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Human Cytomegaloviru s US28 Found in Glioblastoma Promotes an Invasive and Angiogenic Phenotype.


Posted on: 09/10/2011

Cancer Res. 2011 Sep 7. [Epub ahead of print]

Human Cytomegaloviru s US28 Found in Glioblastoma Promotes an Invasive and Angiogenic Phenotype.

Soroceanu L, Matlaf L, Bezrookove V, Harkins L, Martinez R, Greene M, Soteropoulos P, Cobbs CS.

Source

Neuroscience, CPMC Research Institute.

 

Abstract

Human cytomegalovirus (HCMV) infections are seen often in glioblastoma multiforme (GBM) tumors, but whether the virus contributes to GBM pathogenesis is unclear. In this study, we explored an oncogenic role for the G protein-coupled receptor-like protein US28 encoded by HCMV that we found to be expressed widely in human GBMs. Immunohistochemical and RT-PCR approaches established that US28 was expressed in ~60% of human GBM tissues and primary cultures examined. In either uninfected GBM cells or neural progenitor cells, thought to be the GBM precursor cells, HCMV infection or US28 overexpression was sufficient to promote secretion of biologically active VEGF and to activate multiple cellular kinases which promote glioma growth and invasion, including phosphorylated STAT3 and e-NOS. Consistent with these findings, US28 overexpression increased primary GBM cell invasion in Matrigel. Notably, this invasive phenotype was further enhanced by exposure to RANTES/CCL5, a US28 ligand, associated with poor patient outcome in GBM. Conversely, RNAi-mediated knockdown of US28 in human glioma cells persistently infected with HCMV led to an inhibition in VEGF expression and glioma cell invasion in response to CCL5 stimulation. Analysis of clinical GBM specimens further revealed that US28 co-localized in situ with several markers of angiogenesis and inflammation, including VEGF, p-STAT3, COX2 and e-NOS. Taken together, our results indicate that US28 expression from HCMV contributes to GBM pathogenesis by inducing an invasive, angiogenic phenotype. Additionally, these findings argue that US28-CCL5 paracrine signaling may contribute to glioma progression and they suggest that targeting US28 may provide therapeutic benefits in GBM treatment.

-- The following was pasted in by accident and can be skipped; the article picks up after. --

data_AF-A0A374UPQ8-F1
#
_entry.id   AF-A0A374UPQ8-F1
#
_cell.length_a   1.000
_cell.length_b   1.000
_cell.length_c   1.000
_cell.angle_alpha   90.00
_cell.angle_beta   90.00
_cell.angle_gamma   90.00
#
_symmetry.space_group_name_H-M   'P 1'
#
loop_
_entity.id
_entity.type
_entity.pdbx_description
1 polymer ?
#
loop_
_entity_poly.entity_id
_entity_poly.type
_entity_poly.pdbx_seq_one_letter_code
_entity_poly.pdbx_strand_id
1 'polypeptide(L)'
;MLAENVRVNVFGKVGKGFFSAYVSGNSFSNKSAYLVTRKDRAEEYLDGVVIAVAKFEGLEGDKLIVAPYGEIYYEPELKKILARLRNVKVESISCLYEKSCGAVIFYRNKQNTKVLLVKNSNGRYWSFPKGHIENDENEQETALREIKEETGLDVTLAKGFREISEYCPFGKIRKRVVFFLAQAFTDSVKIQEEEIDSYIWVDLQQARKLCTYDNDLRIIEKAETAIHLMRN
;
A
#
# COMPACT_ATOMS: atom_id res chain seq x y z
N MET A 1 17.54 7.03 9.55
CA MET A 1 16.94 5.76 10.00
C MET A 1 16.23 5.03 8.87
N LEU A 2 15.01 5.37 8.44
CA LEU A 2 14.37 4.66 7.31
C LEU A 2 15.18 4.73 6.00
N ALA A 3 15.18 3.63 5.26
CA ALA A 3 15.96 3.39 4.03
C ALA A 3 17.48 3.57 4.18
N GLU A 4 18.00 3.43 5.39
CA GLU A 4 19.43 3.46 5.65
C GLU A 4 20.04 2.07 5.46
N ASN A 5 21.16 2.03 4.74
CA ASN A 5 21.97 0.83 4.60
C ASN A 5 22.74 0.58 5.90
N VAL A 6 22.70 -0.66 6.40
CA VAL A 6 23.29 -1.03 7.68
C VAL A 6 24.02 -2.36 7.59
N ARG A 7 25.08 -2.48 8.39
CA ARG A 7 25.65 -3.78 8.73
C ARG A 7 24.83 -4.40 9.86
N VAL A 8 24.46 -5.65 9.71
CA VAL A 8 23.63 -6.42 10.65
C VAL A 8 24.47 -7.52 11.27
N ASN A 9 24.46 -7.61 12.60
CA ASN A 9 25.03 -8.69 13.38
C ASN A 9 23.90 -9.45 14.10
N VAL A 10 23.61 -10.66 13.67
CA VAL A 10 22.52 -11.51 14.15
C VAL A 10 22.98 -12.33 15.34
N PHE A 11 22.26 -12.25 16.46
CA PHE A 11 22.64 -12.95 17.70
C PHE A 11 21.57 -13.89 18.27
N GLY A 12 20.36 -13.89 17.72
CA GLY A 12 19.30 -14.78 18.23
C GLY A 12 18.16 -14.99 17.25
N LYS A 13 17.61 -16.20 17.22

PMID: 

21900396 [PubMed - as supplied by publisher] 

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